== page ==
One notable exception to this rule occurs when there is a strong symmetry to the composition. For example, this photo that I took while walking in the woods contains symmetry on a vertical axis (left and right) with the path disappearing directly ahead of you. In this case, the symmetry overrides the Tip # 2, and the composition seems to work just fine!



Sunlit Path. Photo by Charles Wolf. 
Impulsive Artistry © 2016

Spring Fever Photo Set

Tip #3: The 2/3rds Rule 

This is a fundamental idea of composition in painting that is readily applicable to nature photography, particularly with photos that contain both land and sky. In an effort to follow Tip #2, the 2/3rds Rule suggests placing the horizon line (the farthest point in the picture at where everything disappears from the viewer sight—usually can be found where the sky meets the land or water) either 2/3rds up from the bottom or 2/3rds down from the top. In the former position, there will be more sky than land, and in the latter, the opposite.

Here is the same photo I used in Tip #1. As you can see, the horizon line is 2/3rds down from the top and the land only takes up about 1/3rd of the composition. This makes sense in a sunset photo, enabling the sky to be more prominent in the composition due to the greater amount of space allocated to it in the photograph.




Day's End - Proportions. 
Photo by Charles Wolf. Impulsive Artistry © 2016. 
  
Visiting Vermont Photo Set Link

Tip #4: Are Your Photos in Focus?

I am surprised that I have to include this, but I have seen many flower close-ups on Instagram that are out of focus! How do you fix this? Well, I tend to take three photos in a row of the same shot, just so I get the best one I can. It’s an easy mistake to make, your hand jostles, the cameras refocuses right when you snap the photo... I strongly recommend that you take multiple photos in a row, so easy to do and you will get much better results! Of course, your photos don’t have to be super-sharp (misty lighting for example), but not so blurry that it becomes hard to look at them. One final exception: the blurriness is for artistic effect (the point of the photograph, if you will).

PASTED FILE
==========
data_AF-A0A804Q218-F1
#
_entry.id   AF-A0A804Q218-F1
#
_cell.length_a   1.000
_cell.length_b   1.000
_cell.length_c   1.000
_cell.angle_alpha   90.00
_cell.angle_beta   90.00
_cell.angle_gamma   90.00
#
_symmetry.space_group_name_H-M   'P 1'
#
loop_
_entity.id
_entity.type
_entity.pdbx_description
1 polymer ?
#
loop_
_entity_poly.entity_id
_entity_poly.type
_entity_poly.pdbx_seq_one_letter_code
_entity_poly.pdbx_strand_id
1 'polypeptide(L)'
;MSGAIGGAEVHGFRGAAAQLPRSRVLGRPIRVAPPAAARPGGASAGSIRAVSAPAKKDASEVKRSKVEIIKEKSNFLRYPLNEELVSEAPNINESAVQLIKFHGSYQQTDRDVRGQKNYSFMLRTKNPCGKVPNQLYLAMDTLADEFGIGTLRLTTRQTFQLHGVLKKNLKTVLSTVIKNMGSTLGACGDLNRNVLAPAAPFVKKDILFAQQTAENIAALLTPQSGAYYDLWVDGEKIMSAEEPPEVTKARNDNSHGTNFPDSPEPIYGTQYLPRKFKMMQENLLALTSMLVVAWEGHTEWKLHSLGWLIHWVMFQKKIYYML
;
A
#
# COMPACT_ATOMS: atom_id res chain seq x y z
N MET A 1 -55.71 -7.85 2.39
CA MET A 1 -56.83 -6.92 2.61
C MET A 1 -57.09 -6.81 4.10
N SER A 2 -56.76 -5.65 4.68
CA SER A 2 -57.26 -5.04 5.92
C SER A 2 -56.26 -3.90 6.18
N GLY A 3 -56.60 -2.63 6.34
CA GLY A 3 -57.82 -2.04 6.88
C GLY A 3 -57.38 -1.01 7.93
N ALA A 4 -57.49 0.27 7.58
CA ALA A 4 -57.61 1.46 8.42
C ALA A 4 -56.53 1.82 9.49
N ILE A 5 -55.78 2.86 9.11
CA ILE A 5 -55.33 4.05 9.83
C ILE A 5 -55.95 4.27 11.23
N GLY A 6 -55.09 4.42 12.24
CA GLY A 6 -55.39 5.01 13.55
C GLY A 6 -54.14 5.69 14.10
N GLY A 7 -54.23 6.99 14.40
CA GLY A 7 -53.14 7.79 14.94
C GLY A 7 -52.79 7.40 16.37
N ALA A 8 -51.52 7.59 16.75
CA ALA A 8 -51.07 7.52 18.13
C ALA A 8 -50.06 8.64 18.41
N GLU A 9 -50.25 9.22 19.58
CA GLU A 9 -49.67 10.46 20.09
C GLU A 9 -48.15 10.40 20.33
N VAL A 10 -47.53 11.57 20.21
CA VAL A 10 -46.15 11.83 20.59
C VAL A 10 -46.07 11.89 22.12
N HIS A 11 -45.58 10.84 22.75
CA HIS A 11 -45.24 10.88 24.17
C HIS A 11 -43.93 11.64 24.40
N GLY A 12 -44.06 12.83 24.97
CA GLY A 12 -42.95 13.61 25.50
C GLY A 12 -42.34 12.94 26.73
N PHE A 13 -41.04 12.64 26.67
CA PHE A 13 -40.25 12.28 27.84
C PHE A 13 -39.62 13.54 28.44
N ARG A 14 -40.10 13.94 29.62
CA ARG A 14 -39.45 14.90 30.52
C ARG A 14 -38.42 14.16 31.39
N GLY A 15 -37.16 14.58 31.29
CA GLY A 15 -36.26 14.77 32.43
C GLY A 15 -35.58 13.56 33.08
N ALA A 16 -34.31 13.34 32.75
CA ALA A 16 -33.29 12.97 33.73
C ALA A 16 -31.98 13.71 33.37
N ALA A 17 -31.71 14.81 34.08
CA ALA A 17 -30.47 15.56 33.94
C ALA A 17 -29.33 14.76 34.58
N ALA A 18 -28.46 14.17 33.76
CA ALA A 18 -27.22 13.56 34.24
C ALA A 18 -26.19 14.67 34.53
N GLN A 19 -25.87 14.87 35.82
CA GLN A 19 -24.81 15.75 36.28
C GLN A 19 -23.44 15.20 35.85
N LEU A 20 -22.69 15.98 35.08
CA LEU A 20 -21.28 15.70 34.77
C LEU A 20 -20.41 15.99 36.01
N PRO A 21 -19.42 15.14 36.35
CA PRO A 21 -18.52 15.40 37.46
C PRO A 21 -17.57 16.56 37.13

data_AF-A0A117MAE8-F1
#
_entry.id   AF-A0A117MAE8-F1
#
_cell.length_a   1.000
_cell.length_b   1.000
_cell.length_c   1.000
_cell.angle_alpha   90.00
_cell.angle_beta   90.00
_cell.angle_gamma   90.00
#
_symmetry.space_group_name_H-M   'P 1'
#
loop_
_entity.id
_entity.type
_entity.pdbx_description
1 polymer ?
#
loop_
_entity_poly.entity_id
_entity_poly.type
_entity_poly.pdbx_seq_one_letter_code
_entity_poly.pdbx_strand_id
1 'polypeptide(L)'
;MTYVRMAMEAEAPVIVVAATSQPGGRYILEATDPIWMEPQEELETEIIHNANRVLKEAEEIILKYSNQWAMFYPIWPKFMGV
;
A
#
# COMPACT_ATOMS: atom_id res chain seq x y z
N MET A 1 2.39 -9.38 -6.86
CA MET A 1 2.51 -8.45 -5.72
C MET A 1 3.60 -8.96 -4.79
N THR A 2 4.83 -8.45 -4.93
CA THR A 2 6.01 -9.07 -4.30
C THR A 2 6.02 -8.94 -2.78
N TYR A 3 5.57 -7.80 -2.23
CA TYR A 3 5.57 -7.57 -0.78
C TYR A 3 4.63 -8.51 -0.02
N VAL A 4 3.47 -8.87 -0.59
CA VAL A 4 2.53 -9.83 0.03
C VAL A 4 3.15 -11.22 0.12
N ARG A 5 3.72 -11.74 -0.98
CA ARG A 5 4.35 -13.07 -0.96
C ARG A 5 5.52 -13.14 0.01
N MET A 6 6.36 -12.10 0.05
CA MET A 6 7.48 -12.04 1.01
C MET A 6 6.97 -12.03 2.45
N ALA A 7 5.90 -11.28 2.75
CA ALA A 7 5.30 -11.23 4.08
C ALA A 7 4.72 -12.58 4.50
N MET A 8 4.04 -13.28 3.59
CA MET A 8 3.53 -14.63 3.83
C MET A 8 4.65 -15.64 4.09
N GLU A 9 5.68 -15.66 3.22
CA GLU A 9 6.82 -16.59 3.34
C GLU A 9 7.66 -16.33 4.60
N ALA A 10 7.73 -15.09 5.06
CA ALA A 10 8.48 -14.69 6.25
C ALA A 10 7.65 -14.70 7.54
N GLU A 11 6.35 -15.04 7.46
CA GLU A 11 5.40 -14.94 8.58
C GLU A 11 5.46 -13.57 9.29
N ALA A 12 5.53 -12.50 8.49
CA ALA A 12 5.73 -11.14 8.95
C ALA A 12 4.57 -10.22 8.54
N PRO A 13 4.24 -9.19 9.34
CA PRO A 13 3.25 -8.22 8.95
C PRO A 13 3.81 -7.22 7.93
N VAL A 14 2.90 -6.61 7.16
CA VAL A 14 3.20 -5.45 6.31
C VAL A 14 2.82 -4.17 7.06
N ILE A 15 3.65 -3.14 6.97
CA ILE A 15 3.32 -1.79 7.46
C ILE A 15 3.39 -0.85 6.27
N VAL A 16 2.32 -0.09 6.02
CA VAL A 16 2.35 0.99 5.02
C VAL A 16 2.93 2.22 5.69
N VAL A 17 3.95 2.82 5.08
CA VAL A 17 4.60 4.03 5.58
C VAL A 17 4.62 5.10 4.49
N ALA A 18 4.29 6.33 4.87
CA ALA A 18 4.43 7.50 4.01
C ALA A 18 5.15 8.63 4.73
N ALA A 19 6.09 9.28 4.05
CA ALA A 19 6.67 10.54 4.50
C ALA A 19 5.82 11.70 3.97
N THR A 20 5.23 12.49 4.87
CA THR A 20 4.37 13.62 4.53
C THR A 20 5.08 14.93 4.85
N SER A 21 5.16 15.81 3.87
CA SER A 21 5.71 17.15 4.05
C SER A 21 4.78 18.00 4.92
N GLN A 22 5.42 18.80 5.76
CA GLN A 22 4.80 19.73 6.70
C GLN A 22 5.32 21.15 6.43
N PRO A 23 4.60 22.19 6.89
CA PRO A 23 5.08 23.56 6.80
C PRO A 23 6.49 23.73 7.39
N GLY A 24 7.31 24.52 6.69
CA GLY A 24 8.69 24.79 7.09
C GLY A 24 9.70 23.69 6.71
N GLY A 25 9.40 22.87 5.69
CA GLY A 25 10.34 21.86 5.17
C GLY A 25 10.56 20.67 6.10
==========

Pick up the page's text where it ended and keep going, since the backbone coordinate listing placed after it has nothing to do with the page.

Tip #5: Lightly Edit Your Photos 

With today’s technology it is easier than ever to lightly filter and adjust your photos so that they sparkle. A little will go a long way so don’t get too carried away with yourself (it happens to us all!). The Instagram app has dozens of filters and also allows you to easily adjust settings like the brightness, saturation, contrast, etc. If you are not sure what these do, simply play around with them until you get an idea of their function. 

Do you know that I upload two photos Monday-Saturday on Instagram? If not, then head over there and follow me to see great new photos of mine all the time! 

Impulsive Artistry Instagram Link 

Other great places to edit photos include Iphoto (for Mac users), or free editor websites like PicMonkey. If you willing to pay for it, then of course Photoshop is great and other similar powerful editing programs—but try the free ones first to get started. 


Question of the Day:

Do you have a photo tip that you use to take great photographs?

If so, please share it with us in the comments below or on the 
Impulsive Artistry Facebook Page! 

So there you have it, five helpful tips to take better photographs!

I will be launching another photography contest on the Impulsive Artistry Facebook Wall this week. The Theme: Sunrise/Sunset Photos. Try using these tips and take a great looking sunrise or sunset photo to participate in the contest. The winning photo will be featured in a bonus blog post here on Impulsive Artistry! 

Have an amazing artistic day,

—Charles